The inhabitants of Kathmandu Valley, especially the newa people celebrate Maha Shivaratri as Sila charhe. Sila charhe or the Shivaratri literally means the night of Lord Shiva.
If we go towards the specific meaning of Sila charhe, then it goes like this. Here, Si means Lord Shiva, La devotes to month and Charhe means the day of Chaturdashi.
Hence, Sila Charhe means a day of Chaturdashi devoted to Lord Shiva.
However, among the 12 Shivaratri(considering Chaturdashi) of the year, people consider this Shivaratri(Sila Charhe) as Maha Shivaratri and take a holy bath plus fast to worship Lord Shiva.
On Maha Shivaratri, married women pray for the well-being of their husbands, while unmarried women pray for a husband like Shiva, considered as the ideal husband.
Hindu devotees across from Nepal and other countries like India, Malaysia, Singapore, and Mauritius come and visit the Pashupatinath temple (the greatest temple of Lord Shiva) on this auspicious day.
Though every Shiva temple on that day permeates with devotees, many devotees specifically go to the Dattatreya temple and Doleshwor Temple, Aashapuri, plus Kailashnath Mahadev of Bhaktapur, besides Pasupatinath temple. At the end of the day, they all gather and lit a bonfire, aiming to stay up all night.
It is believed that staying up that night brings good fortune in lives. And it is one specialty of celebrating Shivaratri. Unlike other festivals, it doesn’t end as the day ends.
In spite of that, it starts when the night starts to rise.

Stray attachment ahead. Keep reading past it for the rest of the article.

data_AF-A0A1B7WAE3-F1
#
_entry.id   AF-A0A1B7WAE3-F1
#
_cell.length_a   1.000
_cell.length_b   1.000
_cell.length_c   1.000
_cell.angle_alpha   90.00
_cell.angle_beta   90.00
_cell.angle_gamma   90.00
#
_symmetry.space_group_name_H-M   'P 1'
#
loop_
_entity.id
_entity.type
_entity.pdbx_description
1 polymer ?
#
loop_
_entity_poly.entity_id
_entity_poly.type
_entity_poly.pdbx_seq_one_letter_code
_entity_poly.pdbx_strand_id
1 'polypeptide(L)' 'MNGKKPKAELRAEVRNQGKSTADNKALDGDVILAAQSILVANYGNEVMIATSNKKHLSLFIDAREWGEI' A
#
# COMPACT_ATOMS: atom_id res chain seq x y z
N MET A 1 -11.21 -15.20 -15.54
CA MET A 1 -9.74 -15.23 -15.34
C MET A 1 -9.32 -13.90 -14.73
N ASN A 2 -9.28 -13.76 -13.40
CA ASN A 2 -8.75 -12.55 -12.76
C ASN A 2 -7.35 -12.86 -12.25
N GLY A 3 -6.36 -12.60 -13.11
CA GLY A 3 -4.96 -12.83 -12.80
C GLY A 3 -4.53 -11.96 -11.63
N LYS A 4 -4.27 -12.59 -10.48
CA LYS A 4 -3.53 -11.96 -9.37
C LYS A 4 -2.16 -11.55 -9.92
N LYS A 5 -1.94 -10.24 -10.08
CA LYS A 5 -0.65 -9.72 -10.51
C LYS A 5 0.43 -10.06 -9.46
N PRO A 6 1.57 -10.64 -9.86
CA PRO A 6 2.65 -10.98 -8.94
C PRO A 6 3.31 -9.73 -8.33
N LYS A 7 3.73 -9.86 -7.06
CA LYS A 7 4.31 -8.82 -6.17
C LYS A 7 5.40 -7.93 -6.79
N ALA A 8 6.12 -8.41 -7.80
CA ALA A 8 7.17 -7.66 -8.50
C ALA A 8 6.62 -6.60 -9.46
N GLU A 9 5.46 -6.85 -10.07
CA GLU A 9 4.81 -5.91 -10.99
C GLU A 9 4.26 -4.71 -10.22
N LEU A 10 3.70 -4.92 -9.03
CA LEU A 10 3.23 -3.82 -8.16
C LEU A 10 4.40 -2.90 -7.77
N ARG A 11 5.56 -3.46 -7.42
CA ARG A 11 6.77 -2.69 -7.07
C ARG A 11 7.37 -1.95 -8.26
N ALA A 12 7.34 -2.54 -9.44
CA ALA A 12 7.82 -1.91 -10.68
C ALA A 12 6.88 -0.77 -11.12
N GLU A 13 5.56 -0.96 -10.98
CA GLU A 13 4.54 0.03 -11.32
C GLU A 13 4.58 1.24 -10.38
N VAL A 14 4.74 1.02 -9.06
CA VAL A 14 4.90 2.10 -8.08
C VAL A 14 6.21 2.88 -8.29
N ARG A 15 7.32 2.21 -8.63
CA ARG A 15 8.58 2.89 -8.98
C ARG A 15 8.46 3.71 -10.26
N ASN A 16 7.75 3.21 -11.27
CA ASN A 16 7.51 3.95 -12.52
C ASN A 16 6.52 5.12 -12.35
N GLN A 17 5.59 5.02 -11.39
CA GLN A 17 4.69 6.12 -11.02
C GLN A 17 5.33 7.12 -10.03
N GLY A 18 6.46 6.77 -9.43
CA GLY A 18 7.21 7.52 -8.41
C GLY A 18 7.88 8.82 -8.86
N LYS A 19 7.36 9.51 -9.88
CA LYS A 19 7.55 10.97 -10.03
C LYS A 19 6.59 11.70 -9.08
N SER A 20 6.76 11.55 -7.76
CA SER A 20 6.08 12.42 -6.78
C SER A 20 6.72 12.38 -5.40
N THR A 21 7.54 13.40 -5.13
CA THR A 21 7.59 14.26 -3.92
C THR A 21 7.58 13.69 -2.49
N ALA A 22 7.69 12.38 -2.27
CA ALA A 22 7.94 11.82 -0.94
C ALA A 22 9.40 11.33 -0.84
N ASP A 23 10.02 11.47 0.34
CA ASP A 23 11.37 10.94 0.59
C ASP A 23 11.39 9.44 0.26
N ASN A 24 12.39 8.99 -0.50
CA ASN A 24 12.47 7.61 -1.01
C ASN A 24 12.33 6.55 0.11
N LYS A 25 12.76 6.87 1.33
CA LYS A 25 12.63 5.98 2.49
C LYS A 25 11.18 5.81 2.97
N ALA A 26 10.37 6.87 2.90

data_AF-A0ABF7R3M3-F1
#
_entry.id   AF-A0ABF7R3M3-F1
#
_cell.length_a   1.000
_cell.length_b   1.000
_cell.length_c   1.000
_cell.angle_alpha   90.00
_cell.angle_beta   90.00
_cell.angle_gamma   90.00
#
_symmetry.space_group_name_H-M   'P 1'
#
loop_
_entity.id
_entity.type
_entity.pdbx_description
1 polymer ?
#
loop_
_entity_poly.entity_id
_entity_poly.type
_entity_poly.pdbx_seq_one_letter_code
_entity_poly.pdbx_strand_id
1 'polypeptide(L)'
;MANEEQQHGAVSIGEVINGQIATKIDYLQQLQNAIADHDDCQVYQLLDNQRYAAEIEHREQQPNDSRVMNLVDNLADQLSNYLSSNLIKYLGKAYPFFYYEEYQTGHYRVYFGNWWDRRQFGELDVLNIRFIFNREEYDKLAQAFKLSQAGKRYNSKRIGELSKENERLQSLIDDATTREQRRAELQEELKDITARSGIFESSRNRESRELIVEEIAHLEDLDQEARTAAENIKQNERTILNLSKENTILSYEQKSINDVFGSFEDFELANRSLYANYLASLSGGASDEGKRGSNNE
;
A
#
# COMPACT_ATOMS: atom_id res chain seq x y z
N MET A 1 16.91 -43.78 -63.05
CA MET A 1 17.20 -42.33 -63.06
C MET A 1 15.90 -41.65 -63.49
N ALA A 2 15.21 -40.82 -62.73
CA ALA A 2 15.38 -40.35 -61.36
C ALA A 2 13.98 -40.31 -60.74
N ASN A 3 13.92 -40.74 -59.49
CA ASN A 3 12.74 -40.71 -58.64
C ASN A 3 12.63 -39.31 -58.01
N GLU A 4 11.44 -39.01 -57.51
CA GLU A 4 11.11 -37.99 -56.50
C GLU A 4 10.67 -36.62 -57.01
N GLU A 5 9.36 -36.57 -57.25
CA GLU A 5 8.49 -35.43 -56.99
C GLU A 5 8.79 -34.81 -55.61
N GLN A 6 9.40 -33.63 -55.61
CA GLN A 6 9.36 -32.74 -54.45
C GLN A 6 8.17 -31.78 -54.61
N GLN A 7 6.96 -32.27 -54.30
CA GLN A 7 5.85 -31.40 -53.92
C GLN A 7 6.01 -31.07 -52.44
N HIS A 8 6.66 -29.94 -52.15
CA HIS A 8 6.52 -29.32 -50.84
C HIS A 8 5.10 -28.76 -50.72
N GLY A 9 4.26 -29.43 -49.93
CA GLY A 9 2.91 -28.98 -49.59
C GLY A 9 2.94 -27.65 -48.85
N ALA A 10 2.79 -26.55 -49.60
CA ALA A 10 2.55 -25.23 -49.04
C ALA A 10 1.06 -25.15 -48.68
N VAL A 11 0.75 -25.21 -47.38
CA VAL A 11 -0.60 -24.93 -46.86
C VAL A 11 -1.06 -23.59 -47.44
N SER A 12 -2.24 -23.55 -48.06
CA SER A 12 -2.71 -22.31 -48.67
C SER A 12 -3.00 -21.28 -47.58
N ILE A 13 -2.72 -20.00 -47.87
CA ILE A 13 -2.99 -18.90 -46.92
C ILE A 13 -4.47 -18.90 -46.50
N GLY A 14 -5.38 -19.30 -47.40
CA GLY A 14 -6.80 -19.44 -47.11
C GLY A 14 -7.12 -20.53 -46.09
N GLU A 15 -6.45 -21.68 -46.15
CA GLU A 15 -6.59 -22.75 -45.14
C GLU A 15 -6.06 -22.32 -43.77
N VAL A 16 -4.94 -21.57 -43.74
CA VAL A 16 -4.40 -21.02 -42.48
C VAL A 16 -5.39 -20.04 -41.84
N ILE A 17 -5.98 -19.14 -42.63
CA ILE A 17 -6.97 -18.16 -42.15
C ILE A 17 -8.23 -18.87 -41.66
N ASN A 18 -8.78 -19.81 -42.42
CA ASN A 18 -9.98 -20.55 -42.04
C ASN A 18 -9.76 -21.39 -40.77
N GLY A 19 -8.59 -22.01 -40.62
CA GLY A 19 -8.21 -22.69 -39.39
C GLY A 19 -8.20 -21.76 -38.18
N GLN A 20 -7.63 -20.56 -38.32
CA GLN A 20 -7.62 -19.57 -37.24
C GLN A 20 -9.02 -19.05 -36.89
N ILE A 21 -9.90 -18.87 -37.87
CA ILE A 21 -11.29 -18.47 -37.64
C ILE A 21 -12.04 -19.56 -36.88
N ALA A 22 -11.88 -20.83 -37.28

There used to be a tradition of collecting woods and arranging a bonfire. This is now counted as a rare visual to be seen. However, at few places, kids still make a barrier on the road, making each vehicle stop and collect money from them.
According to lore, Shivratri is celebrated on the day when Lord Shiva saved the world by drinking poison that emerged from the ocean during Samudra Manthan. This poison got stored in his throat thus making it blue which is the reason that Lord Shiva is also known as Neelkanth (blue throat).
Besides that, there are different versions of the origin of the festival. It is also believed to be of the day when Lord Shiva got married to Goddess Parvati. Somewhere it is mentioned as the day of the marriage of Lord Shiva and Goddess Satidevi (the first wife of Lord Shiva).
One more legend is that as Goddess Ganga descended from heaven in full force, Lord Shiva caught her in his matted locks, and released her onto Earth as several streams. This prevented destruction on Earth. As a tribute to Him, the Shivalinga is bathed on this auspicious night.
Also, it is believed that the formless God Sadashiv appeared in the form of a Lingodhbhav Moorthi at midnight. Hence, people stay awake all night, offering prayers to God.
Maha Shivaratri is observed on the fourteenth day of the dark fortnight of Magha, according to the lunar calendar.
The day of Maha Shivaratri or the Sila Charhe is marked as the day of the marriage of Lord Shiva and Goddess Parvati. Thus, to celebrate this auspicious event, we celebrate Maha Shiva Ratri. However, there are more folklores about the reason behind/ celebrating Shiva Ratri.
There are different versions of the origin of the festival. Among which, few darns say that it is the birth date of Lord shiva yet most of the devotees believe, it is the day when Lord Shiva got married to Goddess Parvati.
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